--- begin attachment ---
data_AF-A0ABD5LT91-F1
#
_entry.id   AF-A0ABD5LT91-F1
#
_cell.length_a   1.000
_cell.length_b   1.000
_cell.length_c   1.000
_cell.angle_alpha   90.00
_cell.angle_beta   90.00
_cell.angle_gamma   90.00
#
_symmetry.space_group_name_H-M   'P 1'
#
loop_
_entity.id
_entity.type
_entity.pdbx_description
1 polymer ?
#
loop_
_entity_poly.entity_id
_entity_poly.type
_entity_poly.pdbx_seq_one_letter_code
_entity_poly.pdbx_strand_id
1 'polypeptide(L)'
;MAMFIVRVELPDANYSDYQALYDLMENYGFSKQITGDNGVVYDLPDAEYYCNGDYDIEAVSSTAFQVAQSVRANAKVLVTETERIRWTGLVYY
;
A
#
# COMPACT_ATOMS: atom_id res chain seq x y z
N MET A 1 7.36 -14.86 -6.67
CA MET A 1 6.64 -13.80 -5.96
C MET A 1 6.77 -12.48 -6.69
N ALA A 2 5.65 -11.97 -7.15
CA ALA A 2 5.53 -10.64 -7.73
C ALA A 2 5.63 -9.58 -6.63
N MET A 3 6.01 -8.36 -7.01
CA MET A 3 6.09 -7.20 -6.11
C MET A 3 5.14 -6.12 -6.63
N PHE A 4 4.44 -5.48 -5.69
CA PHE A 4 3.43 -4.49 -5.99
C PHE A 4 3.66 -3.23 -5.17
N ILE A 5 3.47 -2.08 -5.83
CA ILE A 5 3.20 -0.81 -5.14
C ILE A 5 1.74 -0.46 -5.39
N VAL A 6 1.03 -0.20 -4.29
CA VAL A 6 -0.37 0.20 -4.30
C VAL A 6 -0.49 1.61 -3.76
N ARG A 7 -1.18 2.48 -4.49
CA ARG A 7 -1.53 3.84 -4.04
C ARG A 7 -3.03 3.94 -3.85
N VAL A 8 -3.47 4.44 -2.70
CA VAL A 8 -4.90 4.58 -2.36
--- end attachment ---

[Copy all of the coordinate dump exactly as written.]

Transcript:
data_AF-A0ABD5LT91-F1
#
_entry.id   AF-A0ABD5LT91-F1
#
_cell.length_a   1.000
_cell.length_b   1.000
_cell.length_c   1.000
_cell.angle_alpha   90.00
_cell.angle_beta   90.00
_cell.angle_gamma   90.00
#
_symmetry.space_group_name_H-M   'P 1'
#
loop_
_entity.id
_entity.type
_entity.pdbx_description
1 polymer ?
#
loop_
_entity_poly.entity_id
_entity_poly.type
_entity_poly.pdbx_seq_one_letter_code
_entity_poly.pdbx_strand_id
1 'polypeptide(L)'
;MAMFIVRVELPDANYSDYQALYDLMENYGFSKQITGDNGVVYDLPDAEYYCNGDYDIEAVSSTAFQVAQSVRANAKVLVTETERIRWTGLVYY
;
A
#
# COMPACT_ATOMS: atom_id res chain seq x y z
N MET A 1 7.36 -14.86 -6.67
CA MET A 1 6.64 -13.80 -5.96
C MET A 1 6.77 -12.48 -6.69
N ALA A 2 5.65 -11.97 -7.15
CA ALA A 2 5.53 -10.64 -7.73
C ALA A 2 5.63 -9.58 -6.63
N MET A 3 6.01 -8.36 -7.01
CA MET A 3 6.09 -7.20 -6.11
C MET A 3 5.14 -6.12 -6.63
N PHE A 4 4.44 -5.48 -5.69
CA PHE A 4 3.43 -4.49 -5.99
C PHE A 4 3.66 -3.23 -5.17
N ILE A 5 3.47 -2.08 -5.83
CA ILE A 5 3.20 -0.81 -5.14
C ILE A 5 1.74 -0.46 -5.39
N VAL A 6 1.03 -0.20 -4.29
CA VAL A 6 -0.37 0.20 -4.30
C VAL A 6 -0.49 1.61 -3.76
N ARG A 7 -1.18 2.48 -4.49
CA ARG A 7 -1.53 3.84 -4.04
C ARG A 7 -3.03 3.94 -3.85
N VAL A 8 -3.47 4.44 -2.70
CA VAL A 8 -4.90 4.58 -2.36